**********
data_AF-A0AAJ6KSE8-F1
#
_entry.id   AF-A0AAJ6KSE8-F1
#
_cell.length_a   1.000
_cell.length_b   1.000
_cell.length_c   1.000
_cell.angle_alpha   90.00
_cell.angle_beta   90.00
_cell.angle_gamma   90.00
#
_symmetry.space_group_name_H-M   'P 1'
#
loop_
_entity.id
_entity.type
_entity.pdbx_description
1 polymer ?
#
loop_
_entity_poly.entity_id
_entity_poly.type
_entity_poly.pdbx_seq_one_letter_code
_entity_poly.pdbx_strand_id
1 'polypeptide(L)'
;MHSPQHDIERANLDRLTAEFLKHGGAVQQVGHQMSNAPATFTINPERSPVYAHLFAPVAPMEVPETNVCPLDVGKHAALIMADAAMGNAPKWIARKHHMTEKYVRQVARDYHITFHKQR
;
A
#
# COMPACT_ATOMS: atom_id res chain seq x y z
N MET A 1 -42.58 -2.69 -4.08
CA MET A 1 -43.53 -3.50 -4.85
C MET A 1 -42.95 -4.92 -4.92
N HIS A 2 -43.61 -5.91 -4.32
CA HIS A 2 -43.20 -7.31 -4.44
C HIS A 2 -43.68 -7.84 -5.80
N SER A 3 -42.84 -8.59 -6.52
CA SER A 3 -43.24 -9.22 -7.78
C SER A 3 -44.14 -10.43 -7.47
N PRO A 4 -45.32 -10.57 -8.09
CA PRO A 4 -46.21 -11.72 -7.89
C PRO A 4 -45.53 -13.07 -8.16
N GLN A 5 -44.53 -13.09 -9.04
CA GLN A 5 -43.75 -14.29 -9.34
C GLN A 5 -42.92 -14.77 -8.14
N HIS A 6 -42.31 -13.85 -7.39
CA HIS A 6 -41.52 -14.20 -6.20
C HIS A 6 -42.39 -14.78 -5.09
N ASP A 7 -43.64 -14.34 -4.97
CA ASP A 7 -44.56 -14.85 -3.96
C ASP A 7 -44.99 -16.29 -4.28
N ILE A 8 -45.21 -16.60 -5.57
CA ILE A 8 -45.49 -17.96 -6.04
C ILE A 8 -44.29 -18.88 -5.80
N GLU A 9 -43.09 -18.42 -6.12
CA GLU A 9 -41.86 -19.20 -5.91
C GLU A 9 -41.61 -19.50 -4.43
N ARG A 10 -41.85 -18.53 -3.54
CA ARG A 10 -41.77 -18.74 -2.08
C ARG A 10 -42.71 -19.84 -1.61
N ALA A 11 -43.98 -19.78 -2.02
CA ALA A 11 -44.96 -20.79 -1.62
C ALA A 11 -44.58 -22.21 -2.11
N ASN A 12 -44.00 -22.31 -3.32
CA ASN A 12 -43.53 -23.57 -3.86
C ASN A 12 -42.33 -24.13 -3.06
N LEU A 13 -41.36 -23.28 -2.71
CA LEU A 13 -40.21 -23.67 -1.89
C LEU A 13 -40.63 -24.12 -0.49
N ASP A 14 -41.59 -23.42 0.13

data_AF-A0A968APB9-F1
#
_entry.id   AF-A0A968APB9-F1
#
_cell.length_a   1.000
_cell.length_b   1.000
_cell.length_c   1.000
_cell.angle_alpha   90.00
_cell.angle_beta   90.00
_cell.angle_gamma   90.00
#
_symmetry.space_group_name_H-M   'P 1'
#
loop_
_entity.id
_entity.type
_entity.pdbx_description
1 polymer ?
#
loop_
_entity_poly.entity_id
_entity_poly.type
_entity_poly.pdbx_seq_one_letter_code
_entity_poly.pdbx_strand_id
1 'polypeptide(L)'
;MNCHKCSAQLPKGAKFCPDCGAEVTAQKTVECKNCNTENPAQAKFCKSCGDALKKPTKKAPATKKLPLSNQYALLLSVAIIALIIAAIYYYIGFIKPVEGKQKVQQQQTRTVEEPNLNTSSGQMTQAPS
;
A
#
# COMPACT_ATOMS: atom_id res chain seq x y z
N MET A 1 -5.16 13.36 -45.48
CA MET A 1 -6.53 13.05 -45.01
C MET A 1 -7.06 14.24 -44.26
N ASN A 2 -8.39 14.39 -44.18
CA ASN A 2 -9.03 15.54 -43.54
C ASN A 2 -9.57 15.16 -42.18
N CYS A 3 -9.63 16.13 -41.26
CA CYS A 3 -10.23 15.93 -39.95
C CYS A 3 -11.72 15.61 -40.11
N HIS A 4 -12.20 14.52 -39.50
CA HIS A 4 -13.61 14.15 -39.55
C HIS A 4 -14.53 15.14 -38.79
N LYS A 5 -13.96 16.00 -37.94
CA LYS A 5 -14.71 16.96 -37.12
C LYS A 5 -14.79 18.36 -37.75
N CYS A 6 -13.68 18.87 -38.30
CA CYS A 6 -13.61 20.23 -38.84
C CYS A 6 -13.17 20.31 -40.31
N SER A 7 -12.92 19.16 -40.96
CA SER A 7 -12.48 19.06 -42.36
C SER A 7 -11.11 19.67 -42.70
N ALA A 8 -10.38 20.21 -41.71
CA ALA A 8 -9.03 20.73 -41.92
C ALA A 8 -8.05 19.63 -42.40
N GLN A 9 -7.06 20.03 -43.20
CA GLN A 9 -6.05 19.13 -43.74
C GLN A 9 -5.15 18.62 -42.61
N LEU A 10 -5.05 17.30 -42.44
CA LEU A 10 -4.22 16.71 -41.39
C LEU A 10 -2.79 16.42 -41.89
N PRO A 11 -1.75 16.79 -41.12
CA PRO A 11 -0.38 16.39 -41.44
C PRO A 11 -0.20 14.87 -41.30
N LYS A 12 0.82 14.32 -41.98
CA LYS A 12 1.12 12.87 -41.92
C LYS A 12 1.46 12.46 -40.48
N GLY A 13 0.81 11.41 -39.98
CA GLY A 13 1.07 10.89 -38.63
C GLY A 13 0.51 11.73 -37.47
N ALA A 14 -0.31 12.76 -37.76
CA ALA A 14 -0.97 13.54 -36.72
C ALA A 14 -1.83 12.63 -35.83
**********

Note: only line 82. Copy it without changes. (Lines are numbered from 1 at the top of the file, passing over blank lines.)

_symmetry.space_group_name_H-M   'P 1'